FCC urges fine for Comcast

VNR was aired as part of newscast

WASHINGTON -- Federal media regulators want to hit Comcast with the government's first fine for showing a so-called "video news release" without telling viewers that they got paid for it.

On Tuesday, the FCC proposed fining the nation's largest cable company $4,000 for showing a "VNR" for "Nelson's Rescue Sleep" without telling people it wasn't a bona fide newscast.

Although the fine is small, it signals a readiness by the commission to go after media companies on sponsorship issues. Just last week, FCC chairman Kevin Martin said that the agency was attempting to decide whether product integrations should carry some sponsorship ID.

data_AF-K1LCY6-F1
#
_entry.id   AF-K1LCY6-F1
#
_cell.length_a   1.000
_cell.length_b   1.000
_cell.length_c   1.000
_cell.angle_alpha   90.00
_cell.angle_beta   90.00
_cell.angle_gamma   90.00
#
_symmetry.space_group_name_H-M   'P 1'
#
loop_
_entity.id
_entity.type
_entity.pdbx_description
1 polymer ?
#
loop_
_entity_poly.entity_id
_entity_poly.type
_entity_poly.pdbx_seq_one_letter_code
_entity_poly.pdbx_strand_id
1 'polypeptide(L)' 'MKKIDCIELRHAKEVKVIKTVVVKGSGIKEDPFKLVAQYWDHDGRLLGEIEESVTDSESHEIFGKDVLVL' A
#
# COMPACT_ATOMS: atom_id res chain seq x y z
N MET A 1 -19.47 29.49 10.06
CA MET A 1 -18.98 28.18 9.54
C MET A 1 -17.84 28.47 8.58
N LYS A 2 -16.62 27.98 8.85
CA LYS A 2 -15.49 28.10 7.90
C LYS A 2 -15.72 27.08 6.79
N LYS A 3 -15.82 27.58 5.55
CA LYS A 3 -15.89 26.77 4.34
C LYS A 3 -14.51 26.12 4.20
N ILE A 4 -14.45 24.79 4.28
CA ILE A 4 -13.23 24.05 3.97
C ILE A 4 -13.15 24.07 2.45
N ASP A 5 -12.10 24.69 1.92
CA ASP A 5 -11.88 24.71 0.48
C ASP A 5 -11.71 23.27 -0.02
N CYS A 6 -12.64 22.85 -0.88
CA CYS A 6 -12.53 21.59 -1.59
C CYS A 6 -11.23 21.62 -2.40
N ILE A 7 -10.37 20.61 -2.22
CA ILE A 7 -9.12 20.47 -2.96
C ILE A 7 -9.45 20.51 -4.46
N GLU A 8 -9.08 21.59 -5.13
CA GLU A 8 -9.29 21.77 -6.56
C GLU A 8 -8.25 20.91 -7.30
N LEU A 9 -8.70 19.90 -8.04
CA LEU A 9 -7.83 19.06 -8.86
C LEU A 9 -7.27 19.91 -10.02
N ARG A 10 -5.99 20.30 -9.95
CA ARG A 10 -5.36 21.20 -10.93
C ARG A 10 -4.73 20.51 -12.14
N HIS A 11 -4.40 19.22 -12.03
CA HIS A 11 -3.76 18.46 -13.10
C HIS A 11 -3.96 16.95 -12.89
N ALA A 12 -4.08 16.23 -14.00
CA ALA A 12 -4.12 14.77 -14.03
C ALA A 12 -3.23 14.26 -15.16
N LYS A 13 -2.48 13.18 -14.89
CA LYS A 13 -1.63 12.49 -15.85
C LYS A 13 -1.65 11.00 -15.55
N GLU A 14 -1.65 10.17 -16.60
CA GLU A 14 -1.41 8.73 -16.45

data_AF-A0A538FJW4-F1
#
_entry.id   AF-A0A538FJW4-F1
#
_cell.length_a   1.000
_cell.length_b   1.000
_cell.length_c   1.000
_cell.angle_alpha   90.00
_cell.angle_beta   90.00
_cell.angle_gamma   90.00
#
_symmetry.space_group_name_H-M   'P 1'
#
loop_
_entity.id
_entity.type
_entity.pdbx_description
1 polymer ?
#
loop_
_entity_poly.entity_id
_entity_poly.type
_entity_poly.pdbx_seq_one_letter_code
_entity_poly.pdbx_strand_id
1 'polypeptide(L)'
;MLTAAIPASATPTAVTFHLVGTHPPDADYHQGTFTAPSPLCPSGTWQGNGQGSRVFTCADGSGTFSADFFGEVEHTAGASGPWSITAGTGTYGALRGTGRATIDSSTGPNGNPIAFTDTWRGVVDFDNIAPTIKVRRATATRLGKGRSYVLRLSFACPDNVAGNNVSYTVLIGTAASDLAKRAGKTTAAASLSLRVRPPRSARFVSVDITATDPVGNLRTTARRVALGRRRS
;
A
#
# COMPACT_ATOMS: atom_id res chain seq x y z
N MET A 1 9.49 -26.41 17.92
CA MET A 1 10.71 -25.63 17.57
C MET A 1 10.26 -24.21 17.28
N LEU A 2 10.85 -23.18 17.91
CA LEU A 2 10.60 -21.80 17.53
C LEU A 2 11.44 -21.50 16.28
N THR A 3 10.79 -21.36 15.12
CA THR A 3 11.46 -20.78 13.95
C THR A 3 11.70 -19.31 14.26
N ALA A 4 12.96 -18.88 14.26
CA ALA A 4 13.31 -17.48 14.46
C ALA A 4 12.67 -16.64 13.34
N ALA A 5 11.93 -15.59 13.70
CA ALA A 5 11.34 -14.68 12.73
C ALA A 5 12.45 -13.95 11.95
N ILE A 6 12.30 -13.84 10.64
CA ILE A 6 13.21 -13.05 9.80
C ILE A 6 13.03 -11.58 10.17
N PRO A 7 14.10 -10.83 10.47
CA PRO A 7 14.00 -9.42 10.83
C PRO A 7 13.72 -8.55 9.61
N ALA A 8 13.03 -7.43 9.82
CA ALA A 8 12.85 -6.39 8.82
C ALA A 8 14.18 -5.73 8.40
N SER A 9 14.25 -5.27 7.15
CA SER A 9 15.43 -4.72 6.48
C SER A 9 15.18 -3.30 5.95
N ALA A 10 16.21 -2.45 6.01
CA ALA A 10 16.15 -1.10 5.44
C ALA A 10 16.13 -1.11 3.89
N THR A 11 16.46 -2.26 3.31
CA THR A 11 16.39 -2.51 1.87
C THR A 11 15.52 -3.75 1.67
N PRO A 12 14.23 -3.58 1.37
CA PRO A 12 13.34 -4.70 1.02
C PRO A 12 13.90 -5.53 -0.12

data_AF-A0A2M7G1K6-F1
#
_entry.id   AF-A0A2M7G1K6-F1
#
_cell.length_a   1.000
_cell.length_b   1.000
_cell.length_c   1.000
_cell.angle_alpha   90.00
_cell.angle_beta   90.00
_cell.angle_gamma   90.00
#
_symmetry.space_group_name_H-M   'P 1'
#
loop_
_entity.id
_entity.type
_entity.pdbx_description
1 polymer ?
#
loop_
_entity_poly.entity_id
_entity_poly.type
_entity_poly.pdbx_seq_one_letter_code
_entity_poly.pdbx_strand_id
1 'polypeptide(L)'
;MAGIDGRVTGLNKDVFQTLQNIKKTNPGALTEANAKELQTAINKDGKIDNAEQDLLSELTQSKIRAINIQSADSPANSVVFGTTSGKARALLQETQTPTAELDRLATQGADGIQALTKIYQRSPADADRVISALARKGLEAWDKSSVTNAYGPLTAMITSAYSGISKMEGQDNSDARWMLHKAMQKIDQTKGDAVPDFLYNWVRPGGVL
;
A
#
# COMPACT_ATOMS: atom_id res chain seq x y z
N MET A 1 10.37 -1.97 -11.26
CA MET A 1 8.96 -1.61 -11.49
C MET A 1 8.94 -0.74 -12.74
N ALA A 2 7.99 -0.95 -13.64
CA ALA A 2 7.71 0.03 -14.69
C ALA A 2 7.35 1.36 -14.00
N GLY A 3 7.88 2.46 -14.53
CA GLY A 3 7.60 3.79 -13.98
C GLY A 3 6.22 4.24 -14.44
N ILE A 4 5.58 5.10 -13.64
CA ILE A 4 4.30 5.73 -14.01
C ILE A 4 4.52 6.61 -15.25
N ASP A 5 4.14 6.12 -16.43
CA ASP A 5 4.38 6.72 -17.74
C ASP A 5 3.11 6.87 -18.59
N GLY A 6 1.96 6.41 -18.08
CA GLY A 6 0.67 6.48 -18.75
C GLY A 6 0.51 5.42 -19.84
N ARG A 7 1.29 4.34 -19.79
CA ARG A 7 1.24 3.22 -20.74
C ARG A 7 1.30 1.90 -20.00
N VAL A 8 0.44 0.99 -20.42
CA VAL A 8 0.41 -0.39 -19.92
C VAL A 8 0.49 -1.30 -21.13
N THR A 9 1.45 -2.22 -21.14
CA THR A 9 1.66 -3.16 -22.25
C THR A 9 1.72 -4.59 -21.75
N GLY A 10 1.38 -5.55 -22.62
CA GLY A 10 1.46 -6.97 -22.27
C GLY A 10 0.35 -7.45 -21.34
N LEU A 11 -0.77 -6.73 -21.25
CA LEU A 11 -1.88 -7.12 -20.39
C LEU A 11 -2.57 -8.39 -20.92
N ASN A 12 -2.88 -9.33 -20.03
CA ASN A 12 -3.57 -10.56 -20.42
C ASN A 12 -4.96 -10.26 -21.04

The Enforcement Bureau's action proposing the fine, officially known as a Notice of Liability, expands the commission's authority over cable outlets.

Unlike broadcast programming, the FCC is generally proscribed from interfering with the content sent to viewers via cable or satellite.

The bureau contends, however, that the rules apply to a cable system "when a cable television system operator engages in origination cablecasting, it must identify the sponsor of a material whenever that operator accepts money, service or other valuable consideration to air that material."

Comcast objects, saying that transmitting the portions of the VNR for a homeopathic sleeping aid as part of a newscast on CN8 did not violate the rules.

"The relevant statute does not cover cable programming, and even if it did, CN8's programming was entirely consistent with the statute," Comcast spokeswoman Sena Fitzmaurice said. "The segments in question were chosen by journalists in the course of reporting, and Comcast received no consideration or benefit by using the material."

While Comcast can contest the proposed fine, it appears to have broad support from the commissioners.